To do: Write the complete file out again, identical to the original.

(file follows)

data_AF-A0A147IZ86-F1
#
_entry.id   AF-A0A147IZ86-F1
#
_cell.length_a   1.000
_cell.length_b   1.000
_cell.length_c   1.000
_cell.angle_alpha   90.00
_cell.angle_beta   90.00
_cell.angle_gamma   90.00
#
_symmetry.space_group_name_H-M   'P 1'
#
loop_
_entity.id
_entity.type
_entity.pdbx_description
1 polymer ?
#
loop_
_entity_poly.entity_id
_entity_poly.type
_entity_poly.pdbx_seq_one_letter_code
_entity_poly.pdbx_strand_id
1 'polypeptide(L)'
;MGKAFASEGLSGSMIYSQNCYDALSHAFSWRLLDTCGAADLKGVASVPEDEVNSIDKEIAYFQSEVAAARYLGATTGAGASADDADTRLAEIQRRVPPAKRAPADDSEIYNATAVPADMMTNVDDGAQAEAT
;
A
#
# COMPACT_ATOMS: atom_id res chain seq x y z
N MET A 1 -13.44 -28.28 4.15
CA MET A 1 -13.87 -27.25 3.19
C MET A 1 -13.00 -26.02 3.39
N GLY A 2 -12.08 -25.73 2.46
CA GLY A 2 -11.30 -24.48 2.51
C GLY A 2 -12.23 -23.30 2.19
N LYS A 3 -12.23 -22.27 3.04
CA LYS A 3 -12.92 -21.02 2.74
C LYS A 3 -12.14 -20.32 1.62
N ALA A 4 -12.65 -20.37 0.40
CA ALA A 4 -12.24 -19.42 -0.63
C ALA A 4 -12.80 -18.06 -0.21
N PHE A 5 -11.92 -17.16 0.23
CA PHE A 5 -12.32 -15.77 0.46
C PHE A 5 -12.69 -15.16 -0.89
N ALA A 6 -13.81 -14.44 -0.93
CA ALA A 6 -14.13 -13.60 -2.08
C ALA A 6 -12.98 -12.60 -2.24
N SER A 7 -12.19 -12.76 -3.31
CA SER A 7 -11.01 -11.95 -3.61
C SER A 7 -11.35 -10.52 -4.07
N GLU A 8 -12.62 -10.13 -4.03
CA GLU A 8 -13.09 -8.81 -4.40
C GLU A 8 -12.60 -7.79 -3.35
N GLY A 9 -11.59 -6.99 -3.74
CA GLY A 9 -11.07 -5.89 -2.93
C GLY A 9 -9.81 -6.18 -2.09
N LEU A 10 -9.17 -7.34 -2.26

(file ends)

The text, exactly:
data_AF-A0A147IZ86-F1
#
_entry.id   AF-A0A147IZ86-F1
#
_cell.length_a   1.000
_cell.length_b   1.000
_cell.length_c   1.000
_cell.angle_alpha   90.00
_cell.angle_beta   90.00
_cell.angle_gamma   90.00
#
_symmetry.space_group_name_H-M   'P 1'
#
loop_
_entity.id
_entity.type
_entity.pdbx_description
1 polymer ?
#
loop_
_entity_poly.entity_id
_entity_poly.type
_entity_poly.pdbx_seq_one_letter_code
_entity_poly.pdbx_strand_id
1 'polypeptide(L)'
;MGKAFASEGLSGSMIYSQNCYDALSHAFSWRLLDTCGAADLKGVASVPEDEVNSIDKEIAYFQSEVAAARYLGATTGAGASADDADTRLAEIQRRVPPAKRAPADDSEIYNATAVPADMMTNVDDGAQAEAT
;
A
#
# COMPACT_ATOMS: atom_id res chain seq x y z
N MET A 1 -13.44 -28.28 4.15
CA MET A 1 -13.87 -27.25 3.19
C MET A 1 -13.00 -26.02 3.39
N GLY A 2 -12.08 -25.73 2.46
CA GLY A 2 -11.30 -24.48 2.51
C GLY A 2 -12.23 -23.30 2.19
N LYS A 3 -12.23 -22.27 3.04
CA LYS A 3 -12.92 -21.02 2.74
C LYS A 3 -12.14 -20.32 1.62
N ALA A 4 -12.65 -20.37 0.40
CA ALA A 4 -12.24 -19.42 -0.63
C ALA A 4 -12.80 -18.06 -0.21
N PHE A 5 -11.92 -17.16 0.23
CA PHE A 5 -12.32 -15.77 0.46
C PHE A 5 -12.69 -15.16 -0.89
N ALA A 6 -13.81 -14.44 -0.93
CA ALA A 6 -14.13 -13.60 -2.08
C ALA A 6 -12.98 -12.60 -2.24
N SER A 7 -12.19 -12.76 -3.31
CA SER A 7 -11.01 -11.95 -3.61
C SER A 7 -11.35 -10.52 -4.07
N GLU A 8 -12.62 -10.13 -4.03
CA GLU A 8 -13.09 -8.81 -4.40
C GLU A 8 -12.60 -7.79 -3.35
N GLY A 9 -11.59 -6.99 -3.74
CA GLY A 9 -11.07 -5.89 -2.93
C GLY A 9 -9.81 -6.18 -2.09
N LEU A 10 -9.17 -7.34 -2.26